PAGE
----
The Portland Peaceful Response Coalition will continue to hold weekly rallies every Friday at 5:00 p.m. in Pioneer Courthouse Square. This Friday, they are encouraging people to "speak out against the Department of Justice's dragnet" which is targeting "5000-6000 Middle Eastern men that may have overstayed their visas" and in protest to Senator Gordon Smith's ignorant accusations of PSU. From the Square, people will be marching to the INS building at SW Broadway and Hoyt Street. [ Details ]
Also in Pioneer Square, Buddhas Not Bombs have been meditating publicly every Friday at 4:30 p.m., to show their opposition to the "war", despite being hassled by the private security there. How is this meditation tactic being perceived by the public? Read interviews with people who were there last Friday as well as with Enji who has organized the group.
In Eugene, the Justice Not War Coalition will resume Friday rallies at 4:00 p.m. at the Federal Building at Seventh and Pearl. This particular Friday the Students for Peace will have a "Superhero Costume March to Stop the War". People will be meeting at 3:30 p.m. at the EMU Courtyard to march to the Federal Building. Who's a superhero? Organizers say: "this means you!" Next Friday, the 18th, there will be a showing at the University of "The Good War and Those Who Refused to Fight it", which is about conscientious objectors during World War II, some of who will be speaking on a panel afterwards. The panel will be followed by a film on Afghanistan from Human Rights Watch. [ Details on all these events ]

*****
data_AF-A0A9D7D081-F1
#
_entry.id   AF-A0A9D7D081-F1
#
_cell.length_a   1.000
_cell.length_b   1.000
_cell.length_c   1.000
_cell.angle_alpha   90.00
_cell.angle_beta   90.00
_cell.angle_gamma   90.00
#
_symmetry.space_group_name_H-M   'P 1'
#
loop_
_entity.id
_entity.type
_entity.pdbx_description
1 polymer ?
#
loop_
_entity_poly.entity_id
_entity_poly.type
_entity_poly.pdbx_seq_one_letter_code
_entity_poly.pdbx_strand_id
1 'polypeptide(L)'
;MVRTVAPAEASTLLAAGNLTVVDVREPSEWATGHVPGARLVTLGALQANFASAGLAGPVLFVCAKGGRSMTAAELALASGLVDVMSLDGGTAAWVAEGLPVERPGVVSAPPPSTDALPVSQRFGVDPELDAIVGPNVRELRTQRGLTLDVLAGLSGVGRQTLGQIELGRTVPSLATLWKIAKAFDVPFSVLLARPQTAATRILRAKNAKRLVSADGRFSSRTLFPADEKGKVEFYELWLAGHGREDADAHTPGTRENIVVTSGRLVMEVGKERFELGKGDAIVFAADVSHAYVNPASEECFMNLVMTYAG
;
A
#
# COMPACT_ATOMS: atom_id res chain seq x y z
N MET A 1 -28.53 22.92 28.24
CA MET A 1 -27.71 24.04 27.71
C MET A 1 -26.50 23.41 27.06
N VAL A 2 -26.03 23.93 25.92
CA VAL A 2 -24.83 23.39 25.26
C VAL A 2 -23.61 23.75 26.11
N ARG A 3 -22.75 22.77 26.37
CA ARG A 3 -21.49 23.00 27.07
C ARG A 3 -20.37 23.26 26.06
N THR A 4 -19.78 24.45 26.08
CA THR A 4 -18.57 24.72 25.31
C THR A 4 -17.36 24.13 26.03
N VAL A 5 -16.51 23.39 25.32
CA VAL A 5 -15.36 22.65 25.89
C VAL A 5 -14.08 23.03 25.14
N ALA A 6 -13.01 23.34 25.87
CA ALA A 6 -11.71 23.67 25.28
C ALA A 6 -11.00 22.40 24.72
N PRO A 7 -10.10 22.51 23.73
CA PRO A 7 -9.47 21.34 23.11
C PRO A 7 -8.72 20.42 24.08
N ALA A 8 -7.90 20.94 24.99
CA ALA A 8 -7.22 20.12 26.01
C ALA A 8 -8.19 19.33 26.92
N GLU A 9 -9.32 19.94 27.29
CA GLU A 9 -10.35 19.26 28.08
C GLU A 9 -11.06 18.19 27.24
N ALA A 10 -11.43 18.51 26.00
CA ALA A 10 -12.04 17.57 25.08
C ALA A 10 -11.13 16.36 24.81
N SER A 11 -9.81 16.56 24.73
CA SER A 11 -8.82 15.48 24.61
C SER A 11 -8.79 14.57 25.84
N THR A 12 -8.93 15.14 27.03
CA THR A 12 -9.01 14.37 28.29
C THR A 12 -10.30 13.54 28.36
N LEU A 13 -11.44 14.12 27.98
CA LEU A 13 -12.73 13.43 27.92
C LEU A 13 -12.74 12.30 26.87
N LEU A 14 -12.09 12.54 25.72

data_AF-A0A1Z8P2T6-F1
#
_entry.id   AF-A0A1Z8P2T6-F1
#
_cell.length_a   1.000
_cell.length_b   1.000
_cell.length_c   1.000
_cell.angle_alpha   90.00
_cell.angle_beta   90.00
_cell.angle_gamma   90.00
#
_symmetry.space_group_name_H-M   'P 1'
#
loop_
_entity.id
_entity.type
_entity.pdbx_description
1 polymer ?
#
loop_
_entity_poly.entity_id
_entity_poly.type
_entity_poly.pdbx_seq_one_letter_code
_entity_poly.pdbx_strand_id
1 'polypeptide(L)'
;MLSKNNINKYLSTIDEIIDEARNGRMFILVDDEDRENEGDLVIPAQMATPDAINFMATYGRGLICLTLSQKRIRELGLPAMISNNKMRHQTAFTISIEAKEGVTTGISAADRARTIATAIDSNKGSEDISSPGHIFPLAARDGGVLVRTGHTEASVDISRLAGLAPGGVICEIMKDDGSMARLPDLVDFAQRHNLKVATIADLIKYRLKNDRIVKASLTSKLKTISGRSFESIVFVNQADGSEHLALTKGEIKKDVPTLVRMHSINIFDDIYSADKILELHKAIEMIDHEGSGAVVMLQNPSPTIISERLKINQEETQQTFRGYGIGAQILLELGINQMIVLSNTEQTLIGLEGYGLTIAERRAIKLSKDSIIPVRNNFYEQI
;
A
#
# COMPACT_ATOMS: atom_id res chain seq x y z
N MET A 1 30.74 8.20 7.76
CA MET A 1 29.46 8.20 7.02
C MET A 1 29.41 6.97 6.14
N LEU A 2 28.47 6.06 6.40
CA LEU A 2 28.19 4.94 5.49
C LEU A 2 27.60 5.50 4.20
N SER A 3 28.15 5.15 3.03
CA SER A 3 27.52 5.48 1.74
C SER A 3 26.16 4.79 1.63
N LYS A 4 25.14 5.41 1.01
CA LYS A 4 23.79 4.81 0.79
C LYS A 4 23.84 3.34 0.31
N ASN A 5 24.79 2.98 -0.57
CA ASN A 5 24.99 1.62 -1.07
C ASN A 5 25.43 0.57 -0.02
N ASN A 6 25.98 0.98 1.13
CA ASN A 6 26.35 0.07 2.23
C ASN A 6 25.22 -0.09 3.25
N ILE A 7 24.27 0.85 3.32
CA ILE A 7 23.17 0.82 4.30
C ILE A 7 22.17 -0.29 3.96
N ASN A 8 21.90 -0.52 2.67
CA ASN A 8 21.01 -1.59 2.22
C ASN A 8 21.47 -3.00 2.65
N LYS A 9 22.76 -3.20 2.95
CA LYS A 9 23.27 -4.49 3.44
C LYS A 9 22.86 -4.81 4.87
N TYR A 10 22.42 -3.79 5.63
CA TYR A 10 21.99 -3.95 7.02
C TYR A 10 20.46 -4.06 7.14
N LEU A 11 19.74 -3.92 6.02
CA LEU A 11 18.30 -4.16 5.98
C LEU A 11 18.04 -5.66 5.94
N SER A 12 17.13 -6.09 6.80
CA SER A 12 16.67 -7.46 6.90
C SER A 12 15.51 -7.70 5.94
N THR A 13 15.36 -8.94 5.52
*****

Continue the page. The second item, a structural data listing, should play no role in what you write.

Also in Eugene, the Wellspring Friends School will be holding a Peace and Justice festival on Saturday, January 12, from 11:00 a.m.-3:00 p.m. The event, which is intended "to promote understanding and seek alternatives to violence and war", will feature music, story telling, war-tax resistance infromation, dance, and speakers from the religious and Islamic communities. [ Full details ]